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TonyTax, Tax Consultant
Category: Tax
Satisfied Customers: 15977
Experience:  Inc Tax, CGT, Corp Tax, IHT, VAT.
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With my husband I bought a family house for £4,100 in 1967.

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With my husband I bought a family house for £4,100 in 1967. On his death in 2001 I redecorated and let the house through a housing association in 2003 and bought a smaller
House for myself. I would now like to sell the family house which I believe is now worth
approximately £335,000. The smaller house is worth approx. £125,000. How much capital
gains tax would I be liable for? Is there any way to offset part of the total like using my husband's tax allowance as in inheritance tax? I don't think it's possible to "swap" the
houses any more!


Take a look at HS283 for information on the main residence and CGT.

You will almost certainly have a CGT liability. The cost for CGT purposes of the 1967 house will be the sum of 50% of the 31 March 1982 value (I assume it was in joint names with your late husband) and 50% of the value in 2001 when you inherited your late husband's share.

The gain for that part of the ownership period between 31 March 1982 and when you moved out in 2003 will be exempt from CGT due to your occupation of it the house. You will also be given exemption from CGT for that part of the gain covered by the last 18 months of ownership. As the house was your main home and it has been let, you will be entitled to a further deduction called letting relief of up to £40,000. See Example 9 in HS283.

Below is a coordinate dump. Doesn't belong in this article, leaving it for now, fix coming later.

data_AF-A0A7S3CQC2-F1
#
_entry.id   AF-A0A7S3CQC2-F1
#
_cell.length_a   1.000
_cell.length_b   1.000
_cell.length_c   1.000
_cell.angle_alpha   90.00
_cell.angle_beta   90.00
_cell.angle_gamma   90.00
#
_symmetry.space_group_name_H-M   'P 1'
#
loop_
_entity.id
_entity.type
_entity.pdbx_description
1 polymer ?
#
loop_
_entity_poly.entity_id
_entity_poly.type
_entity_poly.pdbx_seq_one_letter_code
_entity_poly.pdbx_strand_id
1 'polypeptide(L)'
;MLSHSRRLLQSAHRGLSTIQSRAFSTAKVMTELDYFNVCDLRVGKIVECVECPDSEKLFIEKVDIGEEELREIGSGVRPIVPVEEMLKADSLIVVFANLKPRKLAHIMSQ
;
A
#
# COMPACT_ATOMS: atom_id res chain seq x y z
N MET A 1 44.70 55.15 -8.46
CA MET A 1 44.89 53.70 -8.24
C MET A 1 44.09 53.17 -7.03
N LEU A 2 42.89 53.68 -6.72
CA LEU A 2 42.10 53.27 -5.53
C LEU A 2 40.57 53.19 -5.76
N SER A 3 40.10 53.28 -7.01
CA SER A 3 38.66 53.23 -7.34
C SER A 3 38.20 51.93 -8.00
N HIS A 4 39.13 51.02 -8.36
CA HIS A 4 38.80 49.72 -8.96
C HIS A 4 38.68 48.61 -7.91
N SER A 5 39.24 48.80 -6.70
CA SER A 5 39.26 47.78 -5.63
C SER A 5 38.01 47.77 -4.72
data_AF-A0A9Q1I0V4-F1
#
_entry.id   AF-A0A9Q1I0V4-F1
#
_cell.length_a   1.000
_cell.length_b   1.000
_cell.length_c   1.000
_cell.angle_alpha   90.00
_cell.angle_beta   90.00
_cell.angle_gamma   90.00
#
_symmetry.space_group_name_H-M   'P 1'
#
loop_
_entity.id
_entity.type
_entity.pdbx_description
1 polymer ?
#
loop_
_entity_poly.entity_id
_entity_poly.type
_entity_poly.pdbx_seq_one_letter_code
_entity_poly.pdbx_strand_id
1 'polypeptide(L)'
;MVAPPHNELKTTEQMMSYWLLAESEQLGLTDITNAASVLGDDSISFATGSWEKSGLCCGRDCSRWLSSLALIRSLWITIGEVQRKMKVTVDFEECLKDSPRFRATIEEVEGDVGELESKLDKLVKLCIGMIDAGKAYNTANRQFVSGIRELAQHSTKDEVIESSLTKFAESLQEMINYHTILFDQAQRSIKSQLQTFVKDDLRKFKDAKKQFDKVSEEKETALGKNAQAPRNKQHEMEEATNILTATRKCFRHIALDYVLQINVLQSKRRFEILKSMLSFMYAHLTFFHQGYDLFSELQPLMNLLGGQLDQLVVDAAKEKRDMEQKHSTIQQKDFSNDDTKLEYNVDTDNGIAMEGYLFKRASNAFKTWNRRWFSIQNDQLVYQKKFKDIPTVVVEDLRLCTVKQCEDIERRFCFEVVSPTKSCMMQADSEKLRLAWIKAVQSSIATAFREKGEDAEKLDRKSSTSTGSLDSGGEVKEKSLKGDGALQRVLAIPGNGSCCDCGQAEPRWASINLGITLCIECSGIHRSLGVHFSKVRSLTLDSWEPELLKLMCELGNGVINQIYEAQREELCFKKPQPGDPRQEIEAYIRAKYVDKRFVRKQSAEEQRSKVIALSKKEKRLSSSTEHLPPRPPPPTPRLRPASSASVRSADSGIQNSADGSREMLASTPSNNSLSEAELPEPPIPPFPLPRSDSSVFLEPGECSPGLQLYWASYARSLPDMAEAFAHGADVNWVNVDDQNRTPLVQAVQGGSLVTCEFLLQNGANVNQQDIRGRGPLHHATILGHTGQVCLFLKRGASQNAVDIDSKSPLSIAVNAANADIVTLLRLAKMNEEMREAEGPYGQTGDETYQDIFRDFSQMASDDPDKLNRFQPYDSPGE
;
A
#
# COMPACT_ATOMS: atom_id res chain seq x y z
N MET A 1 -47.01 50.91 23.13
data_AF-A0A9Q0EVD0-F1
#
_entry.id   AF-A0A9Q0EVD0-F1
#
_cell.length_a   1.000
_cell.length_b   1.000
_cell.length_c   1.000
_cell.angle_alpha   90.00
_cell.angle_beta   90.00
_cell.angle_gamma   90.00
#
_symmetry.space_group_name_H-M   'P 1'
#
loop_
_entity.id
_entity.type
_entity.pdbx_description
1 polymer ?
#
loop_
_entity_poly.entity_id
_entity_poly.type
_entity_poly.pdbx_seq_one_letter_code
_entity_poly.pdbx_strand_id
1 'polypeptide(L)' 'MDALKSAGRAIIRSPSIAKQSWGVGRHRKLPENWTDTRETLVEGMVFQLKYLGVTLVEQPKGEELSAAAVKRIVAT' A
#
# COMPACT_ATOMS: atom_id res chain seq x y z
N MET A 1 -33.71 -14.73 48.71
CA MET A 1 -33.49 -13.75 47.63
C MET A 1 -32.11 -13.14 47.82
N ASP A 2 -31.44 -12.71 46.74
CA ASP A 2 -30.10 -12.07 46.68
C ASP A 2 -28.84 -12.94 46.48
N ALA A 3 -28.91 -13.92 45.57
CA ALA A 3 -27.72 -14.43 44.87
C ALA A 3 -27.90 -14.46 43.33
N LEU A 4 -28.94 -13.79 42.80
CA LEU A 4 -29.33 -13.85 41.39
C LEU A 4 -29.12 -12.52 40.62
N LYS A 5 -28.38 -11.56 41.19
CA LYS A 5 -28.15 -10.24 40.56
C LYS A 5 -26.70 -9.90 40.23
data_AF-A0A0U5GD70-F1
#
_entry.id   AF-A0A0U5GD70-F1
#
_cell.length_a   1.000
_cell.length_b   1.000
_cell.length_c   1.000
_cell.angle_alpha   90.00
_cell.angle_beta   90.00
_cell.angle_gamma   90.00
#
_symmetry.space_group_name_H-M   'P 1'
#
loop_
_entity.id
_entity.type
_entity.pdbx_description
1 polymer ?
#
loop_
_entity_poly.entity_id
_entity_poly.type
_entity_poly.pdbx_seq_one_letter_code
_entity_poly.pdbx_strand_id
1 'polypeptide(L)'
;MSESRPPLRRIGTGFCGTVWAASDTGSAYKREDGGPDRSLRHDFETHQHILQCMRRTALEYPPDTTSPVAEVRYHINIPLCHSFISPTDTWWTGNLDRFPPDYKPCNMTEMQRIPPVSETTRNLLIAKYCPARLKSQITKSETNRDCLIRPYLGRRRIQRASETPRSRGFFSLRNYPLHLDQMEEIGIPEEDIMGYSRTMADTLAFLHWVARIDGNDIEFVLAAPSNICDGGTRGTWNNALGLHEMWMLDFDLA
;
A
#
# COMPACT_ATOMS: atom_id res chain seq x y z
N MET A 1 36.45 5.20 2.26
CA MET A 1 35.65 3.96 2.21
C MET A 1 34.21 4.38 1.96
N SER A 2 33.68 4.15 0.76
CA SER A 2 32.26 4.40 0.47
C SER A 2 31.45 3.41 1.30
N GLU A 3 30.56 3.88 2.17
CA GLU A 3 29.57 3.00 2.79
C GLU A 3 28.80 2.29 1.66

If after all those deductions, there is any gain left, the first £11,100 of that will be tax free due to the annual CGT exemption. Any balance will be charged to CGT at 18%, 28% or a combination of the two rates depending on the level of your income in the tax year you sell the property. If you put the house into joint names with your current husband before you sell it, it might or might not reduce your overall CGT liability. However, if you do that, you will lose half your entitlement to main residence relief as I'm assuming your husband has never lived in the house you wish to sell and will not, therefore, be entitled to any main residence relief. If, by your "husband", you are referring to your late husband, you cannot transfer any allowances from him I'm afraid.

I hope this helps but let me know if you have any further questions.

Customer: replied 1 year ago.
What is the significance of 31st march 1982?Re. the first £11,100 tax free due to annual c.g.t exemption, won't that allowance have already
been used when I declared rent received in my annual tax return?

CGT started in 1965. It was rebased to 31 March 1982 so that pre-31 March 1982 gains are tax free and taxpayers don't have to go back into ancient history to trace the cost of assets.

The £11,100 allowance is the annual CGT exemption which you only use if you have capital gains. The personal allowance which is used against income is £11,000.

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